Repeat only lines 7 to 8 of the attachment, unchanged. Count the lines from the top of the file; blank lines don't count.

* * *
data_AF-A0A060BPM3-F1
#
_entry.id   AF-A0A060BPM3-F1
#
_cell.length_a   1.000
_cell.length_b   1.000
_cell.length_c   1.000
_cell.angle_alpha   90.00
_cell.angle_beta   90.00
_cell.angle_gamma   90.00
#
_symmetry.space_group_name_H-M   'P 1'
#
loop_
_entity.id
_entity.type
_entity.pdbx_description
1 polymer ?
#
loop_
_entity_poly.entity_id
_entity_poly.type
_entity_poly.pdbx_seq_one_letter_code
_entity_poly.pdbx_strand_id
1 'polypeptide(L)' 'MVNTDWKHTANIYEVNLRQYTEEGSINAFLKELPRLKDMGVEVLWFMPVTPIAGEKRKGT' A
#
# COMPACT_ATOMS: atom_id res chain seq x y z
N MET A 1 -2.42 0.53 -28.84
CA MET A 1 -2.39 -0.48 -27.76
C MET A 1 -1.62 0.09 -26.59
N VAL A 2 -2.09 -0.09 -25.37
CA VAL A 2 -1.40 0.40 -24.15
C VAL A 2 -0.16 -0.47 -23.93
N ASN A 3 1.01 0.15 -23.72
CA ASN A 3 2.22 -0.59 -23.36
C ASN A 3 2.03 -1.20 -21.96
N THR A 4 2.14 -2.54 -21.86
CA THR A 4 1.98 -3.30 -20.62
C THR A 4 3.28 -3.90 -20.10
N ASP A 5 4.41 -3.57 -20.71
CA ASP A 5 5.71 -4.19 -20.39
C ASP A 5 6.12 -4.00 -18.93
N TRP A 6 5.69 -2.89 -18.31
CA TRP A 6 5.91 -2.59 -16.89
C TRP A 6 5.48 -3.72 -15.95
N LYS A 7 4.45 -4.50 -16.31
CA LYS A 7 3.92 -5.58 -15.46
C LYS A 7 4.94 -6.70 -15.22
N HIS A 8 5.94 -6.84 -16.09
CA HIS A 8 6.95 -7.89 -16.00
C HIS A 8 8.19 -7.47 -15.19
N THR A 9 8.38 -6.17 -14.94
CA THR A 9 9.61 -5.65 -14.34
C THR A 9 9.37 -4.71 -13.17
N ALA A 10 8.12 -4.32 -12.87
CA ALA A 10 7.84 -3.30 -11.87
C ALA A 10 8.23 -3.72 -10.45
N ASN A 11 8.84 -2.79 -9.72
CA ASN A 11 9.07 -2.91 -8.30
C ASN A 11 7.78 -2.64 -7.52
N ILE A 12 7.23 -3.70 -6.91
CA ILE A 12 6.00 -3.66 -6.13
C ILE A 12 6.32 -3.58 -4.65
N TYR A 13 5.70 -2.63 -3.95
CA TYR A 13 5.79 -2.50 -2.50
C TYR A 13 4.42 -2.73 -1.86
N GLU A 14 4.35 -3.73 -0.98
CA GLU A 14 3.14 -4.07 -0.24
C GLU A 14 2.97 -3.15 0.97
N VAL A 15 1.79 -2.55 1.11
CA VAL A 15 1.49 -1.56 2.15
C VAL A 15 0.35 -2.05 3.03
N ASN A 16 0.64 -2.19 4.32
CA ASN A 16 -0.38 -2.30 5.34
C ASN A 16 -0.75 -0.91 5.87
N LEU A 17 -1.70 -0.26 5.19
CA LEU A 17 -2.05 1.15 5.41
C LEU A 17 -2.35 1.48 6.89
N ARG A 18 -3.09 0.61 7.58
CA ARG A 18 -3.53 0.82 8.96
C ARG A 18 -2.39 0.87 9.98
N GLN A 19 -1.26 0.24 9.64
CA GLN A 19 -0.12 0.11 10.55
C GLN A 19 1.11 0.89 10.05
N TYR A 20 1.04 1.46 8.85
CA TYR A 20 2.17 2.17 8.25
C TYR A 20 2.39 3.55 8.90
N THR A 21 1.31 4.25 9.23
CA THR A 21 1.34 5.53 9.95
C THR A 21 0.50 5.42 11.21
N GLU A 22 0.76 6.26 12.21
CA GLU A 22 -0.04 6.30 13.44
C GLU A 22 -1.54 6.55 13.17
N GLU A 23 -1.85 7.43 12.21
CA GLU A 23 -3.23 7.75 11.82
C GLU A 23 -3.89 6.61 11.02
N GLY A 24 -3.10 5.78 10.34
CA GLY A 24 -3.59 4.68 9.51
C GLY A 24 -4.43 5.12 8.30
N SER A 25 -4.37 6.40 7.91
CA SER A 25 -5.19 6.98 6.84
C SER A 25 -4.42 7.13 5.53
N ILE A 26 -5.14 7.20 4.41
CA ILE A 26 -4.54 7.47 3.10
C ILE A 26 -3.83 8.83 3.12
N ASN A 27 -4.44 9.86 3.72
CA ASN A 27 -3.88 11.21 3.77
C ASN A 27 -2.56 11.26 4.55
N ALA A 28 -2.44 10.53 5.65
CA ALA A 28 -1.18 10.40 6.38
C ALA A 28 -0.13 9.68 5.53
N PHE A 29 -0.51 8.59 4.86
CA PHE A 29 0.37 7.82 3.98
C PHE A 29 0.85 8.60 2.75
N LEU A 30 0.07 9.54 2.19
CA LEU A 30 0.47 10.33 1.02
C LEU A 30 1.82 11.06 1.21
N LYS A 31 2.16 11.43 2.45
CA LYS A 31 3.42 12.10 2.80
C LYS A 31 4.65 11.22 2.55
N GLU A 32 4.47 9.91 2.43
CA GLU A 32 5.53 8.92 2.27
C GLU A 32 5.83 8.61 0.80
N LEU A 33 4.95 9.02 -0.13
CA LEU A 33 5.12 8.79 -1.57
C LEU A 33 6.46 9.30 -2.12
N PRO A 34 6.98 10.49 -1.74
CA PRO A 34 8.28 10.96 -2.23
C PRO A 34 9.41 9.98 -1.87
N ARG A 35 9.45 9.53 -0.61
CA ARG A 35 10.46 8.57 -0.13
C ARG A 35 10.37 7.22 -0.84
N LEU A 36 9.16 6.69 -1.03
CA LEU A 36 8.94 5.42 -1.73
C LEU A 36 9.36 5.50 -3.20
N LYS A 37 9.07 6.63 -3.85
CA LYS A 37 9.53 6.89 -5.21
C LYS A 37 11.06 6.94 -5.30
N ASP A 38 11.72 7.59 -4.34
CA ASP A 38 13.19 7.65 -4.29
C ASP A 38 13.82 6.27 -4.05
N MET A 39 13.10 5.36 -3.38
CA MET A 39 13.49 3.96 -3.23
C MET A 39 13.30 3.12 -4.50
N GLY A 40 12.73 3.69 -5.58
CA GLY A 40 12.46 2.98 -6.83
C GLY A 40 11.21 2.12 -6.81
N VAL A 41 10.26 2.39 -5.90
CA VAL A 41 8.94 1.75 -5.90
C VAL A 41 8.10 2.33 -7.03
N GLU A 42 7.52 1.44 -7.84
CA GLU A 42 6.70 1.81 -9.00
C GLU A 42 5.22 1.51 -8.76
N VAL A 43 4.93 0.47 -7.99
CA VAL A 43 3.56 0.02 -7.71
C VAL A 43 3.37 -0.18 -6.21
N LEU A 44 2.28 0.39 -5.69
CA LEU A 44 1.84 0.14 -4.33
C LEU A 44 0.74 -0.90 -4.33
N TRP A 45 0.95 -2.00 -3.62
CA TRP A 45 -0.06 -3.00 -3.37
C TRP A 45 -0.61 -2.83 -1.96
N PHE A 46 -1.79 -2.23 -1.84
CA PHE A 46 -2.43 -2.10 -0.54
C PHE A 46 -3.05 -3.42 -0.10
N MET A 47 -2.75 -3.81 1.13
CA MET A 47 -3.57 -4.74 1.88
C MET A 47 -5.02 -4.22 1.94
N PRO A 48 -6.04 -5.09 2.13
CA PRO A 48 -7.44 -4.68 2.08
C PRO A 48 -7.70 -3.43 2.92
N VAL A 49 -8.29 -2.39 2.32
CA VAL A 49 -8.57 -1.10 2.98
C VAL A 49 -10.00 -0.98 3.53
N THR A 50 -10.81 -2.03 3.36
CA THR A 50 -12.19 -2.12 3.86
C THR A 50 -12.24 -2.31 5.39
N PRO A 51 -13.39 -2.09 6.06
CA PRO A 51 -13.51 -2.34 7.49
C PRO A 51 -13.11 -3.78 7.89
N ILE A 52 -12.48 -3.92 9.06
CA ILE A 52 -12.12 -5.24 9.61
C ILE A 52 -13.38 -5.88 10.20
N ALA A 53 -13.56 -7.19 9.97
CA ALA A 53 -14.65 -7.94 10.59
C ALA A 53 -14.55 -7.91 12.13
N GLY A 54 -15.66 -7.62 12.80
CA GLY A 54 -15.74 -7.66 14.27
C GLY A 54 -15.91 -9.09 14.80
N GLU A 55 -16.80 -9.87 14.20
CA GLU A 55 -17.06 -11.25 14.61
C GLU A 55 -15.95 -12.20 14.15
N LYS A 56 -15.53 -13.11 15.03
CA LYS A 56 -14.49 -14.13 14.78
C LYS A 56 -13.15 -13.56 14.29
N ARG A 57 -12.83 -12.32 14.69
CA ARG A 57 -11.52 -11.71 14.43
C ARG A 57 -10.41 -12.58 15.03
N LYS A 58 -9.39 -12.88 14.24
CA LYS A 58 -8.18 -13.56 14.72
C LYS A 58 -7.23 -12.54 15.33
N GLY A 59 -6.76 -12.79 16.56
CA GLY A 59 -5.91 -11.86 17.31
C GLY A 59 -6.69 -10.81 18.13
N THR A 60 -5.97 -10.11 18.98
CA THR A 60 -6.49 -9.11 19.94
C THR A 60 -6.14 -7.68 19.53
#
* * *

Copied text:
_cell.length_c   1.000
_cell.angle_alpha   90.00